An endeavor to ensure that limited healthcare resources are invested wisely, and ascertain that the safest and most efficient treatments are provided to patients, has led researchers to emphasize on manufacturers revealing details of how their drug compares with established standard therapy.
Presently, manufacturers compare the benefits and risks of any new medicine against a placebo. However, it is only when placebo use is deemed unethical, that manufacturers are required to compare the new medications with existing drugs.
“This does not allow patients, clinicians, and other healthcare decision makers to determine whether a new drug is superior, equivalent, or inferior to its existing alternatives. This can result in the widespread use of potentially less efficacious and unsafe drugs,” according to investigators at the London School of Economics and European Observatory of Health Systems and Policies.
In several investigations, the authenticity of the true added benefit offered by new and generally expensive medications, in contrast to existing treatments, has been questioned.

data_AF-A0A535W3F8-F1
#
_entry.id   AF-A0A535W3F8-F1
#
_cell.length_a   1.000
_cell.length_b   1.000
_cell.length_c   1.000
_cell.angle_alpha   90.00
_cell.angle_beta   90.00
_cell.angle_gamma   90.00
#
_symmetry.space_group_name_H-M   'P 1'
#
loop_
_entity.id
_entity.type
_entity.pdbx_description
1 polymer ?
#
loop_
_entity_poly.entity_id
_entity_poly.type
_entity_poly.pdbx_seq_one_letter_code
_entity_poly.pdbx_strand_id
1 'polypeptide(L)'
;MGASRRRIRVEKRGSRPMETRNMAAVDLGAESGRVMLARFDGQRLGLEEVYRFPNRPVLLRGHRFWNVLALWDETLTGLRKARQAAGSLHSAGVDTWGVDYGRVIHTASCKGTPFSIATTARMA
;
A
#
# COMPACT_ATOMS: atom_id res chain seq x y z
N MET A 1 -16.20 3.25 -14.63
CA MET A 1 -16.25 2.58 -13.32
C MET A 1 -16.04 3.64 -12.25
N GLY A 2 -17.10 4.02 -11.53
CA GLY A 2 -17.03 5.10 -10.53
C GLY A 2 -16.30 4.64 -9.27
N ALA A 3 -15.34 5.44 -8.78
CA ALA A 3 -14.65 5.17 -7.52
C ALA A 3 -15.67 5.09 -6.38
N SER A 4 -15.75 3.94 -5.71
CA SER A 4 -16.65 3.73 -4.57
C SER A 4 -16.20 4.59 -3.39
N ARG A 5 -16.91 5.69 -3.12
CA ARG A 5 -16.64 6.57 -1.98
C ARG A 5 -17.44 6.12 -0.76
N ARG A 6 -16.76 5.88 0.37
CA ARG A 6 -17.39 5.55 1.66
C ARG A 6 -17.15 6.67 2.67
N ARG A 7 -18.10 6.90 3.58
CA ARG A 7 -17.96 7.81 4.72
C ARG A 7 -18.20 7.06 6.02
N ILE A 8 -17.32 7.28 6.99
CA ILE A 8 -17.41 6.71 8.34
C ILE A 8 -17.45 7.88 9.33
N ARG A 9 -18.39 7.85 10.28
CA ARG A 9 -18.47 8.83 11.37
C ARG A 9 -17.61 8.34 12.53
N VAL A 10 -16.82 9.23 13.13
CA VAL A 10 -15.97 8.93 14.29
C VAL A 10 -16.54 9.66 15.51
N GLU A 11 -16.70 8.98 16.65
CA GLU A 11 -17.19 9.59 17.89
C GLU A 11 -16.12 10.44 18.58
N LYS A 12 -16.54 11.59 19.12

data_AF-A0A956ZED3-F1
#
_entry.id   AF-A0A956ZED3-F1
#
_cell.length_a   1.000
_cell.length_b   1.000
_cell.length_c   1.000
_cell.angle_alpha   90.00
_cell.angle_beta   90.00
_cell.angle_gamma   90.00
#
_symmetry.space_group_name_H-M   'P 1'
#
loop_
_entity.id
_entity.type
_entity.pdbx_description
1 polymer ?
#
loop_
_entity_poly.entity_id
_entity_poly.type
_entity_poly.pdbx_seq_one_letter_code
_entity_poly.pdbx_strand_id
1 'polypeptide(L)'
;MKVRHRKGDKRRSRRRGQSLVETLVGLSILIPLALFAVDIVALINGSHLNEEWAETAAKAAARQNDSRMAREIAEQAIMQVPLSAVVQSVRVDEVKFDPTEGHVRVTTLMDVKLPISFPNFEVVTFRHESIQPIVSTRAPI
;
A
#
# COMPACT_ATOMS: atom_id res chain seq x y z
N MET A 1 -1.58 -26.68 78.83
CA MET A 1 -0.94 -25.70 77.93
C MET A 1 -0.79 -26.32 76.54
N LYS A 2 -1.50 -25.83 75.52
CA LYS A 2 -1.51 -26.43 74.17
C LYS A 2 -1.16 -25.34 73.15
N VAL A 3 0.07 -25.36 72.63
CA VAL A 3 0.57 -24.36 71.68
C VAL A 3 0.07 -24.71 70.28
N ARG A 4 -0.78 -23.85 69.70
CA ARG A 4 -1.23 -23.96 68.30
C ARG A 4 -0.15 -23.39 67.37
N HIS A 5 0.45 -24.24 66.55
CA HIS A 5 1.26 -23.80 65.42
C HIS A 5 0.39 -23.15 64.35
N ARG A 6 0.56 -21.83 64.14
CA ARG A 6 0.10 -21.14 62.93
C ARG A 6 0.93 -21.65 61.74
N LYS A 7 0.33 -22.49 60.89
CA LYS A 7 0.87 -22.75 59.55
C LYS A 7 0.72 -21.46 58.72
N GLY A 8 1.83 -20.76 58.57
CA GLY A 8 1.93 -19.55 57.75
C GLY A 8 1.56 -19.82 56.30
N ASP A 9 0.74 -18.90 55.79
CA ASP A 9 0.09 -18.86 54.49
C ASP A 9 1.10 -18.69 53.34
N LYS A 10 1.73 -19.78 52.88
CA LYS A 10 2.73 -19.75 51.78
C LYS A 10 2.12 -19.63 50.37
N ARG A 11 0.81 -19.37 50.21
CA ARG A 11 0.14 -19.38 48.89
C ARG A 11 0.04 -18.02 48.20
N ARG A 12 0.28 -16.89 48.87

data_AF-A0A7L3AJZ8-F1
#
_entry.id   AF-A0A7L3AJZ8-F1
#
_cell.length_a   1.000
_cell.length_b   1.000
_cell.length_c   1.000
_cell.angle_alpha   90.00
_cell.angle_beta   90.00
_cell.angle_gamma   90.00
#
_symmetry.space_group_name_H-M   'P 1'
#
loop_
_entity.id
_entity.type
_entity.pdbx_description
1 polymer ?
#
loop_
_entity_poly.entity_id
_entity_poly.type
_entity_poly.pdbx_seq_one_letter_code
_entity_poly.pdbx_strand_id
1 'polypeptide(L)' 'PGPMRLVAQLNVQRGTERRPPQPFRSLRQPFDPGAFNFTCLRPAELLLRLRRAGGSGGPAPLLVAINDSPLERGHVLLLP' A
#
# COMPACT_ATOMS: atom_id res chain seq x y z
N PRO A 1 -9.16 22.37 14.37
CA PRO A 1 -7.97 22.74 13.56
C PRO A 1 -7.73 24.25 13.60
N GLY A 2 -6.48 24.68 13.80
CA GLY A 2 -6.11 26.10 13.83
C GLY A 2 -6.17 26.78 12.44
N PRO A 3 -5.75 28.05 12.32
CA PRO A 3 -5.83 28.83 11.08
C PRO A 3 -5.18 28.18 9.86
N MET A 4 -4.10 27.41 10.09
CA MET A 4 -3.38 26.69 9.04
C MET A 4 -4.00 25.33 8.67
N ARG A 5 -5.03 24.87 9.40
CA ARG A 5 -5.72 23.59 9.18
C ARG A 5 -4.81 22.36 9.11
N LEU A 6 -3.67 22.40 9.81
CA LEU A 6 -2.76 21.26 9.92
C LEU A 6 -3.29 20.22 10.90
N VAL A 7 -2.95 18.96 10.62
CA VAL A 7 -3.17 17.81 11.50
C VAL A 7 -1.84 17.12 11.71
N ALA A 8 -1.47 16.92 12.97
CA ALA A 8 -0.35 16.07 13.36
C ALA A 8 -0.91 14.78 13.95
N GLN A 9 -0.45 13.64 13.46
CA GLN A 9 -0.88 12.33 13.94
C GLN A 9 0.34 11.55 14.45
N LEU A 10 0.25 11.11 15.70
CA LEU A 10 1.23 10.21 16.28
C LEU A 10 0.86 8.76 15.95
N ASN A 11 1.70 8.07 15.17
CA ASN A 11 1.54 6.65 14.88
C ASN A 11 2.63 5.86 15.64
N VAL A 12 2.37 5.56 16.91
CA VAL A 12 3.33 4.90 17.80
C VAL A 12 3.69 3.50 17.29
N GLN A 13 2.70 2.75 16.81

The researchers write: “The European Medicines Agency (EMA) has long encouraged that, when possible, pre-market studies should be undertaken to establish comparative efficacy and risk, but has yet to set comparative assessments as the default evidentiary standard for market approval. Rather, requirements for comparative studies are made on a case by case basis.”
According to estimates, 50-70% of new molecular entities have comparative efficacy data at the time of approval. However, researchers argue that this variation is observed across various therapeutic areas and only limited information/evidence is often publicized during market authorization.
They add: “A further challenge is that no particular type of study is ideal for assessing comparative efficacy.”
Despite these obstacles, investigators opine that drug-licensing decisions should definitely take into consideration the comparative efficacy evidence. The investigators are seeking transparency and open communication between regulators, manufactures, and government agencies in an effort to establish enhanced correspondence among licensing and reimbursement requirements as well as improved public access to comparative data regarding the safety and efficacy of new drugs.
They conclude: “Numerous promising medicines have been developed and many more are on the way to initial clinical trials. With this success comes an equally important additional need to develop a systematic approach to evaluate the risks and benefits of these new therapies in the context of existing alternatives. An important initial step is to support a formal role for comparative efficacy evidence in drug licensing.”